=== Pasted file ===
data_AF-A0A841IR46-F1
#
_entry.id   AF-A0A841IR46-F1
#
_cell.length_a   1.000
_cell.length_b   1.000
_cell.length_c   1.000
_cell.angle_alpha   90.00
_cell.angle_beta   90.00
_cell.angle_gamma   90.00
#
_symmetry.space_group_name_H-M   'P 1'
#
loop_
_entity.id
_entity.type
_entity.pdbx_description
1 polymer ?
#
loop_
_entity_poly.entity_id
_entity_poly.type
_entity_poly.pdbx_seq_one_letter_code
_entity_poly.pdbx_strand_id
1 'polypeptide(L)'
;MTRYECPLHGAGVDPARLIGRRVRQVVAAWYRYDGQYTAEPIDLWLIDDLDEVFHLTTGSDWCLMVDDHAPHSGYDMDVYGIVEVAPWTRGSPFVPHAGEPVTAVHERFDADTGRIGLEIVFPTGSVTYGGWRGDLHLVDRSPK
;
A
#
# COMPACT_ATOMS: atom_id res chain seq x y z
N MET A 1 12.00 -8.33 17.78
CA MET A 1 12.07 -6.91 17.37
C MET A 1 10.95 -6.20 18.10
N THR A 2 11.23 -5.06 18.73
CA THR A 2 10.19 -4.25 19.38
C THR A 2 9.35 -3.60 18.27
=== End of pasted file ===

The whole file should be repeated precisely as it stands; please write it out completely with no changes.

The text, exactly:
data_AF-A0A841IR46-F1
#
_entry.id   AF-A0A841IR46-F1
#
_cell.length_a   1.000
_cell.length_b   1.000
_cell.length_c   1.000
_cell.angle_alpha   90.00
_cell.angle_beta   90.00
_cell.angle_gamma   90.00
#
_symmetry.space_group_name_H-M   'P 1'
#
loop_
_entity.id
_entity.type
_entity.pdbx_description
1 polymer ?
#
loop_
_entity_poly.entity_id
_entity_poly.type
_entity_poly.pdbx_seq_one_letter_code
_entity_poly.pdbx_strand_id
1 'polypeptide(L)'
;MTRYECPLHGAGVDPARLIGRRVRQVVAAWYRYDGQYTAEPIDLWLIDDLDEVFHLTTGSDWCLMVDDHAPHSGYDMDVYGIVEVAPWTRGSPFVPHAGEPVTAVHERFDADTGRIGLEIVFPTGSVTYGGWRGDLHLVDRSPK
;
A
#
# COMPACT_ATOMS: atom_id res chain seq x y z
N MET A 1 12.00 -8.33 17.78
CA MET A 1 12.07 -6.91 17.37
C MET A 1 10.95 -6.20 18.10
N THR A 2 11.23 -5.06 18.73
CA THR A 2 10.19 -4.25 19.38
C THR A 2 9.35 -3.60 18.27